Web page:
| ‘Fun’ is found later, little fun in beginning
Areas seem closed off
Auto-Move—you can be moving for 5, 10, 15 minutes…
Quests and main storyline un-compelling
Atlantica Online is a strategy, turn-based MMO with a lot of really good points that make the game almost, but not quite worth playing. My one belief in games is that, no matter how hard-core you want your player base to be, no matter how well you treat them in the higher levels, no matter how unique your game... If in the beginning, you don't hook them, it doesn't matter. This game has loads of goods but it's hard to find the fun. There is, however, one area where this game shines, and explains why so many players enjoy it; the combat system.
Unlike other MMOs, combat is turn-based. You travel along with (mostly invisible) mercenaries who appear when it's time to fight. You control your mercenaries' movements and attacks as well as your own. Mini-chess, in a way - you can't just pound a bunch of keys and try to beat your opponent and any lag you happen to be experiencing that night. You can tell which character is able to move by the green circles underneath them and you can select the specific opponent you want to attack. The format is 3X3 blocks. This combat style is my favorite feature of the game. I truly enjoyed it, as will anyone who likes that level of control in game-play. There's less of a mash feel when you can spend 15 seconds to control all of your mercenaries.
The opponent gets a fair shot at you as well. It also means you change your play style a bit. The only time that this was awkward was when attacking normally mundane creatures that wouldn't have a 'strategic' style of combat. Imagine several little Bambis lining up in formation and attacking tactically -- it just looks odd. I can see people playing this game simply for this turn-based style of combat - it's why I will still be logging on. The combat is that cool and that fun. It's also why I didn't get as far as I normally would. I enjoyed studying and learning each of the different mob's strengths and weaknesses so much and I lingered in the starting areas. That'll slow anyone down. If you combat enough of the mobs, you gain knowledge of the mob that goes into your handy dandy notebook. You can use potions and scrolls in combat as well as magic. There's a system to picking and placing your mercenaries as well, and it'd be a mistake to just randomly pick your mercs. Truly, the combat alone is a reason to play this game.
The Handy Dandy Notebook
This notebook lets you keep track of NPCs you meet, mercs, mobs you've gained information or knowledge on and quests, including the Quest NPC you next have to meet. The handy dandy notebook was easy to use and understand and I often used it.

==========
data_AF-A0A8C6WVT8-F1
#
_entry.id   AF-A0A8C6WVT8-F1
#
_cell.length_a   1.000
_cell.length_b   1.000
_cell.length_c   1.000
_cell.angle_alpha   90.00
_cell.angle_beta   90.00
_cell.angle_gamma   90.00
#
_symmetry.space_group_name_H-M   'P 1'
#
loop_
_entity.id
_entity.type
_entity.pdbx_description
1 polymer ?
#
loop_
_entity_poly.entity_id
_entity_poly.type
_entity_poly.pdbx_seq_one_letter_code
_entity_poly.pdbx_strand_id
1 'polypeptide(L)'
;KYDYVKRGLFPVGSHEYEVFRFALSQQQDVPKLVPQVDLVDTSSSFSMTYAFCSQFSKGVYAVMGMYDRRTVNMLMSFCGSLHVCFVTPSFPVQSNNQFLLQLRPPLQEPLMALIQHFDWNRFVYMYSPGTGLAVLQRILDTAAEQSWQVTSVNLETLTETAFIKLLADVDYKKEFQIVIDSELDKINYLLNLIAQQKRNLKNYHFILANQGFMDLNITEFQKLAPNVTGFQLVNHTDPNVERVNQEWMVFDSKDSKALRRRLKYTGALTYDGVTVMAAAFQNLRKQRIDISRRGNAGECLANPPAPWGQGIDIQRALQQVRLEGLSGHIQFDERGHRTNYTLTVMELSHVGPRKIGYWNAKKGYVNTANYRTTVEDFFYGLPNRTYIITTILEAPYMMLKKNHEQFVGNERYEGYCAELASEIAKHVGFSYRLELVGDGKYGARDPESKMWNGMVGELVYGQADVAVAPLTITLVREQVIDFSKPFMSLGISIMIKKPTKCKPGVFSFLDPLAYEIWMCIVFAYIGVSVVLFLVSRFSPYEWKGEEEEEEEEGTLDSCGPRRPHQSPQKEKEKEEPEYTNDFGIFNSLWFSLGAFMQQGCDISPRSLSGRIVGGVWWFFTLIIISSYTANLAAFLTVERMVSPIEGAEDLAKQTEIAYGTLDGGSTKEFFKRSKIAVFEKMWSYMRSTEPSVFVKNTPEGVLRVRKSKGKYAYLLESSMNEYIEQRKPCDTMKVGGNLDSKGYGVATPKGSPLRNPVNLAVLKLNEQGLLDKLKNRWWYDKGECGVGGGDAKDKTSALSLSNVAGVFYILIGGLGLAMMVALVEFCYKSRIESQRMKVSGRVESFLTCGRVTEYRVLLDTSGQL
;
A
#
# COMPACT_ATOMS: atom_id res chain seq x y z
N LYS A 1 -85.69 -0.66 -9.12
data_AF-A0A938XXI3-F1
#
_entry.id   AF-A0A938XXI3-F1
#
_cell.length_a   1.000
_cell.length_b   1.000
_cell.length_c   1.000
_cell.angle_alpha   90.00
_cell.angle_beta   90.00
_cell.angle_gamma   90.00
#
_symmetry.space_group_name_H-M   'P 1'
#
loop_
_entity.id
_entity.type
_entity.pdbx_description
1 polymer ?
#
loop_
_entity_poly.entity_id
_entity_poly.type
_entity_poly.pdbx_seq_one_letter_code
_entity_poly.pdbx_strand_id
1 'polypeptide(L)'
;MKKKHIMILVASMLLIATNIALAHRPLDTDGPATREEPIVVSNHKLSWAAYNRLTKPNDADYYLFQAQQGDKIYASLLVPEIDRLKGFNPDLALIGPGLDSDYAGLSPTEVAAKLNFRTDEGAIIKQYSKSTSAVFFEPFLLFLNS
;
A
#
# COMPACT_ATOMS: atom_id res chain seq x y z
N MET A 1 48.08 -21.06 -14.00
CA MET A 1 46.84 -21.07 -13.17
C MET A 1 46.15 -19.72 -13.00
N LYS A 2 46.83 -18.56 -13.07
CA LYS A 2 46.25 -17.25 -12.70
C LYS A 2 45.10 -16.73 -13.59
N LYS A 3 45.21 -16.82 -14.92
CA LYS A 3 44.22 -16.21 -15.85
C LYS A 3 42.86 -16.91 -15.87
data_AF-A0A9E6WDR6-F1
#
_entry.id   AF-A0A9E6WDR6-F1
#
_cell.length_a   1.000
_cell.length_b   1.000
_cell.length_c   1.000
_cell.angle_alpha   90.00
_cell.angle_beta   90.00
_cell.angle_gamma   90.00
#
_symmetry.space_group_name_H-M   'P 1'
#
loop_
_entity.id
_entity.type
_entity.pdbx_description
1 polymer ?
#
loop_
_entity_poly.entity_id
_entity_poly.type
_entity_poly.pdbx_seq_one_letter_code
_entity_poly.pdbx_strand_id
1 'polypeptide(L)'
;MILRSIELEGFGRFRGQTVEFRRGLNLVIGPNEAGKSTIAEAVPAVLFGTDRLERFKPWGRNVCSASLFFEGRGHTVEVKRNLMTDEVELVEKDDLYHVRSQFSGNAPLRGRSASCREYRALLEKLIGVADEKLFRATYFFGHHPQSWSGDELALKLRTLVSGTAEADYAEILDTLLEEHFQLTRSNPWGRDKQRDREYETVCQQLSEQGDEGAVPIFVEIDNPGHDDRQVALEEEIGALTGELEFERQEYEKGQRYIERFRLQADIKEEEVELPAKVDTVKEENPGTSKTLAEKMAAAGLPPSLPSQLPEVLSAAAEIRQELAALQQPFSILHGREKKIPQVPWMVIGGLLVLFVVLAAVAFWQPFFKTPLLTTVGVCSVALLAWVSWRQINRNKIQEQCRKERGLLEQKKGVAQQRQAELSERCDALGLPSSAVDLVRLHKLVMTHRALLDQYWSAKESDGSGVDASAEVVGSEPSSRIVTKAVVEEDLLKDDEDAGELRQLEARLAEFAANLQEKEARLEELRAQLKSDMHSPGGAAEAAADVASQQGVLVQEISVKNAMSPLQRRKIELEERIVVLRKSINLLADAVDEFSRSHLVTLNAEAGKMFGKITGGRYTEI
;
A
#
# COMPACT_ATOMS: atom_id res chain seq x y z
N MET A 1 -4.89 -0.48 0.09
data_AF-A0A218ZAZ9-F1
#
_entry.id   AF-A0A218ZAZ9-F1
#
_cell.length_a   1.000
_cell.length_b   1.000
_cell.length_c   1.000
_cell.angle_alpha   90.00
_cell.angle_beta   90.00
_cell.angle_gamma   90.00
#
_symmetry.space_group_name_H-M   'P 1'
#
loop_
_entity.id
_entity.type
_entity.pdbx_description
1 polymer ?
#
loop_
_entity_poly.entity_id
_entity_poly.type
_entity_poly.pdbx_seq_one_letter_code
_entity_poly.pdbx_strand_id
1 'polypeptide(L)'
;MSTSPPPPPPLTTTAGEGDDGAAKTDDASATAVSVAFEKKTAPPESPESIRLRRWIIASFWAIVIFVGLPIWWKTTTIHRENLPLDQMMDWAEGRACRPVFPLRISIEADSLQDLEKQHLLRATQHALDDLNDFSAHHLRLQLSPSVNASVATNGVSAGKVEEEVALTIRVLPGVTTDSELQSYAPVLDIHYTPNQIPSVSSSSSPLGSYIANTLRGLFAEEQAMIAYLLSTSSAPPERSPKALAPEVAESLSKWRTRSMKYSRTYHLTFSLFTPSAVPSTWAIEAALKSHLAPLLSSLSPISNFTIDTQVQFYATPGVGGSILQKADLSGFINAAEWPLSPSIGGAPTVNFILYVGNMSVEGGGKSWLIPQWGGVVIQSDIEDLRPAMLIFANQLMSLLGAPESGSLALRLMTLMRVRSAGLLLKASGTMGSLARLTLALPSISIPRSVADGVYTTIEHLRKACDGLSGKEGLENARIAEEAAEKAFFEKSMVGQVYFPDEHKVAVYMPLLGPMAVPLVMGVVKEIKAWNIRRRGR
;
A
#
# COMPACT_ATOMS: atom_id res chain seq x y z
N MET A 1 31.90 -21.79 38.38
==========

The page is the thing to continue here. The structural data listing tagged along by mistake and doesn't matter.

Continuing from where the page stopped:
Graphics and Feel
The graphics and settings are well-done. The settings are based on realistic geography - I started in Sappora -- and content is updated fairly regularly. The settings themselves were visually pleasing but a little generic. Overall, the feel of the game seemed to discourage wandering - some of the areas seemed small and closed. This was a negative because there is so much walking in a game that although large, seemed small. Since I really was working on mastering how to use the turn-based combat system, it wasn't too bothersome at first - but players who are inherent explorers may feel limited. The key is, if you're an explorer, to try to ignore the boundaries of some o f the areas and just keep wandering anyhow. Level limits keep you out of some areas, but as you level and they open, so will your exploration options. While containment is common (and really necessary), usually there's an attempt to give the illusion of wide open spaces. As for character graphics, there's not a lot of customization. I decided this didn't bother me since it is a 'free' game, but a few more customizable options would be nice.
The user interface is similar to every user interface in a game that works - it's simple, it's not hard to figure out and it doesn't get in the way of game-play. Occasionally, little texts would pop up announcing events or random tidbits of information I mostly ignored. I will say this, it never got to the point where it was obnoxious, and so I didn't mind it as much. My only complaint here is I am a big jumper in game, and I couldn't stop myself from constantly opening the inventory box by hitting the space bar. Old habits are sometimes hard to break.
The inventory/looting system rewards you randomly, with pieces you can use in crafting and random pieces of armor or weapons usually found in boxes that aren't going to be near as good as the ones you could buy in the item mall, but still fulfill that need to get 'stuff' that I have. This system worked for me and I had no problems with the slot-like method with which your reward was chosen. It was kind of fun, watching the items roll, but after a while it became part of the background of the game. Also fun were the random gifts I received from other players. It is indicative of a community, even if other players are being nice only to clear out their inventory. One thing to remember is that since crafting later on is a huge component of the game, you'll want to learn crafting skills.
Lvl 20: Rome/Free League
Rome is the place where the bazaars and shops are located, and it isn't controlled by any guilds. You can teleport there at level 20 and explore, but most of the fun is outside of Rome. Towns are usually controlled by guilds, and this is a game where if you want to stay around and have fun, joining a guild is an almost-must. Rome is also where you can access your warehouse. At level 20 you can also join the Free League, which is a risk-free PvP option. You don't lose anything and can battle other players and gain some coin and loot from the opponent's mercs, if you win.